Around the world, millions of people dream of finding a reclusive hideaway to call their own. More and more frequently, those people are finding that home on Canada’s prairie.
Table of Contents - Real Estate Investing in Saskatchewan
Welcome to Saskatchewan, the breadbasket of Canada. This gorgeous stretch of land is covered in expansive prairies in the south, dense forests in the north and more than 100,000 rivers and lakes. That makes Saskatchewan something of a sportsman’s paradise. Add to that natural beauty millions of acres of fertile farmland and it’s not hard to get the appeal.
Historically, Saskatchewan is known as a farming province. Indeed, that reputation is well-earned, as Saskatchewan produces 54 percent of Canada’s wheat and nearly 30 percent of its grain year after year.
As you might suspect from the province’s farming focus, fully 35 percent of Saskatchewan’s population lives in a rural setting, far from bustling cities. That makes Saskatchewan one of the least urban provinces in Canada. Still, real estate investors in the area can make a living in one of the province’s growing urban centers. A fair number of people have gravitated toward larger cities in recent years, and while there is still a lot of growing to do, roughly half of Saskatchewan’s 1.1 million residents are split between the province’s two biggest cities, Saskatoon and Regina (that’s hard ‘i,’ by the way: Reg-eye-na).
The perfect invitation
Of all of Canada’s 10 provinces and three territories, Saskatchewan might be the most inviting to outsiders. It’s a reputation that Saskatchewan has worked hard to perfect and adapt over the decades. In the past, immigrants were attracted to the availability of wide swaths of farmland. Today, job seekers come to Saskatchewan to pursue a career in one of its three most prominent industries: finance, insurance and — especially — real estate. Indeed, though Saskatchewan may seem small by the numbers, the province has real investment potential.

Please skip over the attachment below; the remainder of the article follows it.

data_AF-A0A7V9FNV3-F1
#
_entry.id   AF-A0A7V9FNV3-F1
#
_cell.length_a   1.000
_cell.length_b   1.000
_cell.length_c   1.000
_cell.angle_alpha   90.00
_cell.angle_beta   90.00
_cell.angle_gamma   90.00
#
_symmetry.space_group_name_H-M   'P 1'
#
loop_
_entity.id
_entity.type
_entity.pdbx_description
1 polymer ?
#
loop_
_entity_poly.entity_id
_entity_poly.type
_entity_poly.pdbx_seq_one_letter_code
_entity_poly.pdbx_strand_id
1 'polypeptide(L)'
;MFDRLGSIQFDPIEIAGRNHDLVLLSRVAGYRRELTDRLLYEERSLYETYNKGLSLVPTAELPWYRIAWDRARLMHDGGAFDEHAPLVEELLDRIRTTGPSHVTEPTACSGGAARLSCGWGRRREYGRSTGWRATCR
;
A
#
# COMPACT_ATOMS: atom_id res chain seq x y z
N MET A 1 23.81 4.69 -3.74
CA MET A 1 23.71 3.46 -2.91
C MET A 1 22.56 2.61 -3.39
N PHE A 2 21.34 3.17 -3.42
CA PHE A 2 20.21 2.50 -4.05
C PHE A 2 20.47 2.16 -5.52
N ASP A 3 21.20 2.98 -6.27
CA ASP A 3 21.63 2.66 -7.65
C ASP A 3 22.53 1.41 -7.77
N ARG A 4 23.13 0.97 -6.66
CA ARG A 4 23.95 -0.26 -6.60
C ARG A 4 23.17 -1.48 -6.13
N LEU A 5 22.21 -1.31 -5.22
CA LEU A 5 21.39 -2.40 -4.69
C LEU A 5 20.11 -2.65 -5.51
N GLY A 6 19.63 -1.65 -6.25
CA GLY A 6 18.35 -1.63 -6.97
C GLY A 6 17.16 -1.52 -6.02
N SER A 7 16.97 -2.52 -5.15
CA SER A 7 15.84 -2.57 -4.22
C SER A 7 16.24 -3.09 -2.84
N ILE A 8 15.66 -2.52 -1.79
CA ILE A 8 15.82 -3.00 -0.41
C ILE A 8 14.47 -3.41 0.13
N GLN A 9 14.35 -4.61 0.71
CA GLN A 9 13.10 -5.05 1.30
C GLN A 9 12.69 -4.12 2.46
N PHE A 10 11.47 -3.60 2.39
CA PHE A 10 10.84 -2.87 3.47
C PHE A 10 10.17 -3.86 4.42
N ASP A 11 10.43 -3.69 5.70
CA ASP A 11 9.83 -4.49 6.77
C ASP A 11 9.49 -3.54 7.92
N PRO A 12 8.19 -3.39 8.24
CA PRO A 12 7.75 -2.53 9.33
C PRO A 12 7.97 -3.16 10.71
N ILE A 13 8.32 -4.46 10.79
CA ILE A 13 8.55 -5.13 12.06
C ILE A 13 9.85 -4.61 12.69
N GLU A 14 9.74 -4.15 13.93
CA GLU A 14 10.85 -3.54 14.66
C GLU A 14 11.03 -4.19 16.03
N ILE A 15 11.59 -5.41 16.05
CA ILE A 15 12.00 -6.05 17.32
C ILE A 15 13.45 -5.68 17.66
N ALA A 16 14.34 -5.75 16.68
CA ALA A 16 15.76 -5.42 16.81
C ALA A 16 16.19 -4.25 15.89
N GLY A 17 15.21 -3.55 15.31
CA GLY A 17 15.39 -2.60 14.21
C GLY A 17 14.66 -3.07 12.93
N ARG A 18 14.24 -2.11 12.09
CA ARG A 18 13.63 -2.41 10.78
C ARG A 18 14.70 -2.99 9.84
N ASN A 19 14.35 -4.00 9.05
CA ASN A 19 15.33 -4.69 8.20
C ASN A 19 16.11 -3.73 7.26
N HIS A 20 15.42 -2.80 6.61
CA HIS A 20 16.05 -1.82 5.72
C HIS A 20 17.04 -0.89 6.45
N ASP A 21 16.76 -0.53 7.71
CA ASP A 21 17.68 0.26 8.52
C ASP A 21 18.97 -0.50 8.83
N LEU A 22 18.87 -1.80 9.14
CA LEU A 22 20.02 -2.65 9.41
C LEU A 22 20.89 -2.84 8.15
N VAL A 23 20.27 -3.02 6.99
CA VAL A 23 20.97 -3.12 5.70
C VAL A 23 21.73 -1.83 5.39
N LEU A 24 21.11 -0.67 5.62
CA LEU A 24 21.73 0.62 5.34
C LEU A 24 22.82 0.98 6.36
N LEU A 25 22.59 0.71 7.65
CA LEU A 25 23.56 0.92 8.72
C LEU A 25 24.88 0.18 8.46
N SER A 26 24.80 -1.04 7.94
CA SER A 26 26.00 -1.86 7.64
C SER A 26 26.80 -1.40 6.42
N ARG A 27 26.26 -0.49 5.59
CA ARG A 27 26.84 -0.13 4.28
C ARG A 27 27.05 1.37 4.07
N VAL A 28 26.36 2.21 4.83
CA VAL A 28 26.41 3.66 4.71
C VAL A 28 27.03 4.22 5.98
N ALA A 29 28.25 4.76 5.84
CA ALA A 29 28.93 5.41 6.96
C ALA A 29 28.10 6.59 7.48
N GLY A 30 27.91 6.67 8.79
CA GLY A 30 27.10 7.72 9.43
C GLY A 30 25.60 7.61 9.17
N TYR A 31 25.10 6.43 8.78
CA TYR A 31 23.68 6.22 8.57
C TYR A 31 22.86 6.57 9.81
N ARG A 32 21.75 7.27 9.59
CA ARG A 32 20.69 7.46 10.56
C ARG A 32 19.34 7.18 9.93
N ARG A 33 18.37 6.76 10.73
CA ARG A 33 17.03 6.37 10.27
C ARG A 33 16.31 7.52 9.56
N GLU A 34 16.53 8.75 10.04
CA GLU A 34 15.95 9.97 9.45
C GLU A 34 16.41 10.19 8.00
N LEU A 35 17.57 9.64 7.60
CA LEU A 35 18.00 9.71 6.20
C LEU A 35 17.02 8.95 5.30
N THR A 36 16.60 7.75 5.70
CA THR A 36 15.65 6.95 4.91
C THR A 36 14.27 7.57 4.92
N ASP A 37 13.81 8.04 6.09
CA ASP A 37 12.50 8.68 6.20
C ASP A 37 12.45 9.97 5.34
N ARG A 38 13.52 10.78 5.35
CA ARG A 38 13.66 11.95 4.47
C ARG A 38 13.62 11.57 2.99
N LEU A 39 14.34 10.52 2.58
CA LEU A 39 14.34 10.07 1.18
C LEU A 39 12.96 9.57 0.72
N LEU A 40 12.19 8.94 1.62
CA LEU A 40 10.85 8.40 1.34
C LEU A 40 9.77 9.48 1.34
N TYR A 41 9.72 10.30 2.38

Even if you’re not investing in Saskatchewan’s housing market, the province still makes jobs readily available. Saskatchewan’s 4 percent unemployment rate is the lowest in Canada. That makes it easy for natives and immigrants alike to find work. Add to the plentiful number of jobs, a housing market that tends to be less competitive than others, and Saskatchewan suddenly becomes a very lovely place for Canadian immigrants to call home.
The government of Saskatchewan is openly hungry for new residents. As a result, they’re doing everything in their power to draw in new people. The ultimate goal is to attract 10,000 new immigrants to the province every year.
It’s working, too, which explains why the real estate sector is one of the three fastest-growing industries in the province.
Saskatchewan is a buyer’s market
For those people looking to buy a home in Saskatchewan, the market is skewed in their favour due to a surplus of available housing units. The excess of available housing means that home prices and home values, by extension, are falling.
Even as the rest of Canada saw an average 8.4 percent rise in the sale price of homes in 2019, the prominent urban areas in Saskatchewan saw a slump. Home prices in Saskatoon drooped 2 percent, and home prices in Regina fell by 5-and-a-half percent.
That isn’t necessarily bad news, however, for a cunning investor in Saskatchewan. The entire region is looking at a promising economic future. Its history of encouraging immigration is also a good sign. Those two factors add up to one conclusion: the housing market in Saskatchewan is poised to grow by leaps and bounds in the coming years. That means that this is the perfect time for an investor to strike, and take advantage of lower property values before they begin to soar in the coming years.
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A stable market